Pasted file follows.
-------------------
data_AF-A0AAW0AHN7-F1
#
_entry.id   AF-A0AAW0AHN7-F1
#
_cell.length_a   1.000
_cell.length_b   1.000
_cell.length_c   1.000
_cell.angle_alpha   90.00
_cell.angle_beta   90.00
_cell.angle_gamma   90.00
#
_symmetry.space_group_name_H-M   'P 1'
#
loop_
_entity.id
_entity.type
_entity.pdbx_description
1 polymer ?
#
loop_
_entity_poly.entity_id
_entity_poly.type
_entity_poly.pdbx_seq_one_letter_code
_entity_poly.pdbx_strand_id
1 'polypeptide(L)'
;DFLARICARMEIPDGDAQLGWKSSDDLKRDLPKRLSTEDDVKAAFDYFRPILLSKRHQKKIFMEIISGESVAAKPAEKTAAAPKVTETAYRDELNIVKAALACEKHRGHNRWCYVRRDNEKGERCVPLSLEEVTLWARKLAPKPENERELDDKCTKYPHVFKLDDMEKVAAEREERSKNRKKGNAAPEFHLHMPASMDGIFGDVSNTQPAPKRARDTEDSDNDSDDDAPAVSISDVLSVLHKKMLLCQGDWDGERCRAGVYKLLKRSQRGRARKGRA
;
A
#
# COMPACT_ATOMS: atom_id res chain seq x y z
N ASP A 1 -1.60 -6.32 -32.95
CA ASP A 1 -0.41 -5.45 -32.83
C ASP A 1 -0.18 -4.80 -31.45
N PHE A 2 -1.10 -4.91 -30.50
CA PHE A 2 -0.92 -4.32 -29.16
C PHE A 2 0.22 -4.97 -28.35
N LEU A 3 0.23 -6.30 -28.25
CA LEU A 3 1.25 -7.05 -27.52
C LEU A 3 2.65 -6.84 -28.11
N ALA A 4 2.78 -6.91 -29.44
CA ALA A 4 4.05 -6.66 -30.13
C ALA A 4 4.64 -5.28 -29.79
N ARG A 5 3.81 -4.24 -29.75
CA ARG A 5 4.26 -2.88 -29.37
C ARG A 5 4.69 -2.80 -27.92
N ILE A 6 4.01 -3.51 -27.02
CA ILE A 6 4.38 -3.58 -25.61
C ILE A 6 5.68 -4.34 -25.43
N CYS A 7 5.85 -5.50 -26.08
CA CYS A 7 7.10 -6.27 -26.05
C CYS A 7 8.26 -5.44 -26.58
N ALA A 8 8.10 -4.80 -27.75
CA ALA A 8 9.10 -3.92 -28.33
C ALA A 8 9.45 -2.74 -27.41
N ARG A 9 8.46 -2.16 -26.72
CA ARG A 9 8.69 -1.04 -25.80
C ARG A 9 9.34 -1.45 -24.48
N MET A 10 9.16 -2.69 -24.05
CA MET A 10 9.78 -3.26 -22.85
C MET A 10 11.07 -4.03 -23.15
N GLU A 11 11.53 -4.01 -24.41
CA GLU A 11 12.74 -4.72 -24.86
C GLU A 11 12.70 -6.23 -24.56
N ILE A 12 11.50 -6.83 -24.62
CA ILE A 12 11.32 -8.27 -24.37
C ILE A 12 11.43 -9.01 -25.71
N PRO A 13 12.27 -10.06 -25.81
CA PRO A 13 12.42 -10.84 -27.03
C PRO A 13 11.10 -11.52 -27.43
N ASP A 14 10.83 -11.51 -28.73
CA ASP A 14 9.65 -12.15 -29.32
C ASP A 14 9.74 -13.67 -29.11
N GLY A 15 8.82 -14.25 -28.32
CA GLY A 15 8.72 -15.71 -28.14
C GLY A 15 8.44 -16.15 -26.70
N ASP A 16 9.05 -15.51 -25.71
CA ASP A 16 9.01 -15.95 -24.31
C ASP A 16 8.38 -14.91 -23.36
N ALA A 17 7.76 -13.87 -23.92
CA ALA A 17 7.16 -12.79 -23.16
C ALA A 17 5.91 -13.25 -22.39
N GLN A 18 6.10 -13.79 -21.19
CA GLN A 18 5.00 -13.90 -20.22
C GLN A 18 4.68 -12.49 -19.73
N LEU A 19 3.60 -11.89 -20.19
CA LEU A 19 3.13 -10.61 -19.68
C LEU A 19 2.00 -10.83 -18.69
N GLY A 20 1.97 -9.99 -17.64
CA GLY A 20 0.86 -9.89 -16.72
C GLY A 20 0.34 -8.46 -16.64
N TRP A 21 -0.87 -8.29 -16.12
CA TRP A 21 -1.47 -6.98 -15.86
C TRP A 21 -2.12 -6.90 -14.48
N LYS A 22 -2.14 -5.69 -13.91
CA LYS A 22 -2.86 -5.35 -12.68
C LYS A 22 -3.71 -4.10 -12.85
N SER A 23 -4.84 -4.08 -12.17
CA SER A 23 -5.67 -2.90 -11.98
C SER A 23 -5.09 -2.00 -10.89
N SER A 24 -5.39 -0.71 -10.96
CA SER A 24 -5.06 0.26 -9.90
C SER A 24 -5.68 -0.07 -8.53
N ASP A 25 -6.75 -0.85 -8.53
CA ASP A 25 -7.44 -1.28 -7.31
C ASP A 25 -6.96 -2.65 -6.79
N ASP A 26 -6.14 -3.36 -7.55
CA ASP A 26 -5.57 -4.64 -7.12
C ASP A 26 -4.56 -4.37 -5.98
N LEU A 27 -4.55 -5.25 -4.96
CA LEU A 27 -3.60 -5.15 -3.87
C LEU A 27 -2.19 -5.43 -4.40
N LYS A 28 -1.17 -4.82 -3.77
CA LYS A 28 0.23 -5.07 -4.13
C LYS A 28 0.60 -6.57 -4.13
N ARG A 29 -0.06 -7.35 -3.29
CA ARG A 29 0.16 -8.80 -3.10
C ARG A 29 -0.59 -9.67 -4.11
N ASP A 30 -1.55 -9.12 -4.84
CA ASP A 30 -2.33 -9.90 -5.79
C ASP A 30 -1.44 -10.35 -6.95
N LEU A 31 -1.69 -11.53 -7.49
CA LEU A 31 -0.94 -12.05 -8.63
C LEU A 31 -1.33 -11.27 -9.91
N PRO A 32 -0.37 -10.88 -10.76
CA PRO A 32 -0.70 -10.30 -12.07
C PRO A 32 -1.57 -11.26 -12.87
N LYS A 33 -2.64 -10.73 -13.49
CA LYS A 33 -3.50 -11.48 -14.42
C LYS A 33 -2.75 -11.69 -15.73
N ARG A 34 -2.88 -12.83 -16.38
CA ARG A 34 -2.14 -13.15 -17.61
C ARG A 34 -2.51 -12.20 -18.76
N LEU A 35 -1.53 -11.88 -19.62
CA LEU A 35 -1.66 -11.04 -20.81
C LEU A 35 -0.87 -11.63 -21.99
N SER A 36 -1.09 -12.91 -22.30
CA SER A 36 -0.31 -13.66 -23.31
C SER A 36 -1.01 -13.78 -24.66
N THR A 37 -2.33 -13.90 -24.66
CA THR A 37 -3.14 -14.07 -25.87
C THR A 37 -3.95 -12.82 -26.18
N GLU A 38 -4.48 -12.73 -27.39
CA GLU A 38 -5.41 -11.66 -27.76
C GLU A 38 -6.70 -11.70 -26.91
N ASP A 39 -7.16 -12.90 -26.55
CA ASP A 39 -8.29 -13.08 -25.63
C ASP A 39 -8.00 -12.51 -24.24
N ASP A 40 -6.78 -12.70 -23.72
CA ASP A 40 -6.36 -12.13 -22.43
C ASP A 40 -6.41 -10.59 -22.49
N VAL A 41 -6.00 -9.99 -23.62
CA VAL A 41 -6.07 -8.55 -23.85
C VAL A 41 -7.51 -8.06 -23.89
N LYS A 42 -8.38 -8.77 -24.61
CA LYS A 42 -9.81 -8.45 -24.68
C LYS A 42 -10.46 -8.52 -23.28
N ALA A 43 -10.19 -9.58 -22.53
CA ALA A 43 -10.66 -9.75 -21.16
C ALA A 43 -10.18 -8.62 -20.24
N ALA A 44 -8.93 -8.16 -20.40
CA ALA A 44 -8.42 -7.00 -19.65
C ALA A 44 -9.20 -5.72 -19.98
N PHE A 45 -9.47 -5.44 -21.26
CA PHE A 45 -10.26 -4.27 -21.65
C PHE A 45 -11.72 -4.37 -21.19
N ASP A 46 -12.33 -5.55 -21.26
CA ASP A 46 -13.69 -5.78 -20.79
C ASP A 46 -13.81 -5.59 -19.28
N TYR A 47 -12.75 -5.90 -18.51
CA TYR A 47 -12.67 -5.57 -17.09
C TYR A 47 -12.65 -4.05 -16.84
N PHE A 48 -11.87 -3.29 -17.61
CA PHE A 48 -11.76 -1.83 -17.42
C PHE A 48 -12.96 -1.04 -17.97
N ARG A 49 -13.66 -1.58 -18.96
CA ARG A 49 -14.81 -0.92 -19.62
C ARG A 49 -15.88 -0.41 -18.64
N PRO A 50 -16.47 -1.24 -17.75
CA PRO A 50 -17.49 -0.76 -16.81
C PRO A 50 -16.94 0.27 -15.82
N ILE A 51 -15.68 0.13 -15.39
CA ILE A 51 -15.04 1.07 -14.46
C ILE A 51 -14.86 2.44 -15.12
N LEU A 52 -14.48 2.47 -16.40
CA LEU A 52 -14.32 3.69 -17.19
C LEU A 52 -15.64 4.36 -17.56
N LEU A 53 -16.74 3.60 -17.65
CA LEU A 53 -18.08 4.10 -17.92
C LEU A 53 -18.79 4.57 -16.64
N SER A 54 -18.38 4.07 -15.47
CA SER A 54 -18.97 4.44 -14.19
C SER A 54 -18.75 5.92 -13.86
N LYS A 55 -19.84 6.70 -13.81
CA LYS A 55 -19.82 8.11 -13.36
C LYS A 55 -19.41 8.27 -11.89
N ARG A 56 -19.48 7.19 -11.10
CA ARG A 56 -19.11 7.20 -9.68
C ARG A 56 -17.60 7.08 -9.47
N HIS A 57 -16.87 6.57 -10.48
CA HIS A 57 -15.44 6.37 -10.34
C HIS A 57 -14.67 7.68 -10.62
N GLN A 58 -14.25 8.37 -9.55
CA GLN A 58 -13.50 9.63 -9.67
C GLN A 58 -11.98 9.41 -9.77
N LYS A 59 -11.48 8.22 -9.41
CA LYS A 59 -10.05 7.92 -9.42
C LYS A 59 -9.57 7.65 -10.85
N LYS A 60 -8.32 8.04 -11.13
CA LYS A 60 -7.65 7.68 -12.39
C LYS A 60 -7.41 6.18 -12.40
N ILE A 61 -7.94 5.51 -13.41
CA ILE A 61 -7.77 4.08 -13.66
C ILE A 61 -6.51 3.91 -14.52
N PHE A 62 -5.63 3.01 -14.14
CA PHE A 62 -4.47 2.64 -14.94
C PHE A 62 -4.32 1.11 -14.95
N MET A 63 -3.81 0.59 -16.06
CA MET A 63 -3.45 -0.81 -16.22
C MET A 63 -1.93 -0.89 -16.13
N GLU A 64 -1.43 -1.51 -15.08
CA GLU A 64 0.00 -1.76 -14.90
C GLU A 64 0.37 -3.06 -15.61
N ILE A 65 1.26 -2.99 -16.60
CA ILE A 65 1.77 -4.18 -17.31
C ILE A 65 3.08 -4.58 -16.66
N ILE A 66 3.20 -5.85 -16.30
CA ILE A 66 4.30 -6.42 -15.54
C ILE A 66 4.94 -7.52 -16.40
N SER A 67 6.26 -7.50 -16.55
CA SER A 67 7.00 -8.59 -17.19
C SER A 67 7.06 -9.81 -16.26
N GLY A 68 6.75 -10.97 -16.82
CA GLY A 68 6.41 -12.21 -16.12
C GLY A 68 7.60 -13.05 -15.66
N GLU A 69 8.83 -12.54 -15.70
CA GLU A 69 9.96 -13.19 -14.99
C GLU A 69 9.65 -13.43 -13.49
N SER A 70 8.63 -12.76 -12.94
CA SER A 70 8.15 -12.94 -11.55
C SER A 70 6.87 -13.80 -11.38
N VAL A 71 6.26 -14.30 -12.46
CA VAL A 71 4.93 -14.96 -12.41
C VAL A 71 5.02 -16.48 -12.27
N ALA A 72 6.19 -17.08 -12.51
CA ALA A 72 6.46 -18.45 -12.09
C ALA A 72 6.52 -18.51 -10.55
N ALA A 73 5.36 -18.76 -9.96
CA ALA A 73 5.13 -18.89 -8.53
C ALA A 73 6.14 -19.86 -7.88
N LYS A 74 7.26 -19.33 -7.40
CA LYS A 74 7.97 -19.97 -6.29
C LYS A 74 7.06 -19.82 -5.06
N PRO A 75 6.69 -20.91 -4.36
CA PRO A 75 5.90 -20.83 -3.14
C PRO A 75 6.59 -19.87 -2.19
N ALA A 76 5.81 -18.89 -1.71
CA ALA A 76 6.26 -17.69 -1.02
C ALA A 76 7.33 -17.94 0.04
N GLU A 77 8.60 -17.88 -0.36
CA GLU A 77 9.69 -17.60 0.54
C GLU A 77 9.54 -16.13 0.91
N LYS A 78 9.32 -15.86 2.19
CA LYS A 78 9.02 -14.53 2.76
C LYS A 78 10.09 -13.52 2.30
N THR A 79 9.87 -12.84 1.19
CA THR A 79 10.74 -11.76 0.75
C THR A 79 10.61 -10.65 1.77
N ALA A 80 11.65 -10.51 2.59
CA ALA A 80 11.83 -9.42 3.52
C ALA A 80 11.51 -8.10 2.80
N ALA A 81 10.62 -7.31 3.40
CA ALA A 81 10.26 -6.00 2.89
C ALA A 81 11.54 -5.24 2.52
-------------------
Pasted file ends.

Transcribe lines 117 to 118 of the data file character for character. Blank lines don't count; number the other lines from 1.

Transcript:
C ARG A 29 -0.59 -9.67 -4.11
N ASP A 30 -1.55 -9.12 -4.84